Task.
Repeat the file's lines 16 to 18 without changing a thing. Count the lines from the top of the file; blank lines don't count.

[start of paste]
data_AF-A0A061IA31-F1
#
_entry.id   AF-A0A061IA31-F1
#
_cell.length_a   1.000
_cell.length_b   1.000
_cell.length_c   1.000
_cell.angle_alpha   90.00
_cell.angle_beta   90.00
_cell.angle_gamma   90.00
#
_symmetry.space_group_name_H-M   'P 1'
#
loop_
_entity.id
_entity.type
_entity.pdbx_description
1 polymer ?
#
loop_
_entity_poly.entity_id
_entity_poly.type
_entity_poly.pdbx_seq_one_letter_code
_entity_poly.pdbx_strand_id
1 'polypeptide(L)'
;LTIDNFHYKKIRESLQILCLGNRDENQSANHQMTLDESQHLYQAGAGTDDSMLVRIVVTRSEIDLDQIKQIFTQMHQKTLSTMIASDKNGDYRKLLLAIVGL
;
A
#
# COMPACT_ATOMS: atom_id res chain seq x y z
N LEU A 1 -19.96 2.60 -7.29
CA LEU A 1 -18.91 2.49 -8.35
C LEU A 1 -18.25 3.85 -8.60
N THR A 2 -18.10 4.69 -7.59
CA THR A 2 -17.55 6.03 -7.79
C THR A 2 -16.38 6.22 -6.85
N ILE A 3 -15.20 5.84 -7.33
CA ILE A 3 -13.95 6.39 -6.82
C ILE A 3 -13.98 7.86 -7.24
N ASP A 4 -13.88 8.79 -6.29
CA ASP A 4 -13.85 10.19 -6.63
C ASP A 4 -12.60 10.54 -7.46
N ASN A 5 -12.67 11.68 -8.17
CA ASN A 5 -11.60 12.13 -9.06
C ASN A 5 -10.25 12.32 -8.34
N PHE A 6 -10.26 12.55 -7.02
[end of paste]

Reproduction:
_entity.type
_entity.pdbx_description
1 polymer ?